THE MABINOGION TRANSLATED BY LADY CHARLOTTE GUEST
IntroductionThe Lady of the FountainPeredur the Son of EvrawcGeraint the Son of ErbinKilhwch and OlwenThe Dream of RhonabwyPwyll Prince of DyvedBranwen the Daughter of LlyrManawyddan the Son of LlyrMath the Son of MathonwyThe Dream of Maxen WledigStory of Lludd and LlevelysTaliesin
Whilst engaged on the Translations contained in these volumes, and on the Notes appended to the various Tales, I have found myself led unavoidably into a much more extensive course of reading than I had originally contemplated, and one which in great measure bears directly upon the earlier Mediæval Romance.
Before commencing these labours, I was aware, generally, that there existed a connection between the Welsh Mabinogion and the Romance of the Continent; but as I advanced, I became better acquainted with the closeness and extent of that connection, its history, and the proofs by which it is supported.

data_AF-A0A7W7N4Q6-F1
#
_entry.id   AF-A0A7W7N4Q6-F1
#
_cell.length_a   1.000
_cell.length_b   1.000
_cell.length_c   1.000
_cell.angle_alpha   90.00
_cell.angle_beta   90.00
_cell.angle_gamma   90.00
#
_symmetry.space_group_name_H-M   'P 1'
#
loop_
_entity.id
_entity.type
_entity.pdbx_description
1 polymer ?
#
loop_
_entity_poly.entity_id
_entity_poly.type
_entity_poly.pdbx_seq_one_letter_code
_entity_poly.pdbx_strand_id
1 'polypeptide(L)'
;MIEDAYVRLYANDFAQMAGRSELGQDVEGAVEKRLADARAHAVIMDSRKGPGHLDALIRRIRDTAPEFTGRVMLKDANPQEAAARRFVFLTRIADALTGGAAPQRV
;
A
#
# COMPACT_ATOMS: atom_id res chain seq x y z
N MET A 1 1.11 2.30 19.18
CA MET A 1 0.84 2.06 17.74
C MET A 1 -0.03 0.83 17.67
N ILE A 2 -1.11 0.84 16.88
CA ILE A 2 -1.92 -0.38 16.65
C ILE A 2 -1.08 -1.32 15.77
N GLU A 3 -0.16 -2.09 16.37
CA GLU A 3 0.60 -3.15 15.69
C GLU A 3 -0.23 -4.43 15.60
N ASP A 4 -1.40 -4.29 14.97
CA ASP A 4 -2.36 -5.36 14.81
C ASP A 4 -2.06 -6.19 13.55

At the same time, indeed, I became aware, and still strongly feel, that it is one thing to collect facts, and quite another to classify and draw from them their legitimate conclusions; and though I am loath that what has been collected with some pains, should be entirely thrown away, it is unwillingly, and with diffidence, that I trespass beyond the acknowledged province of a translator.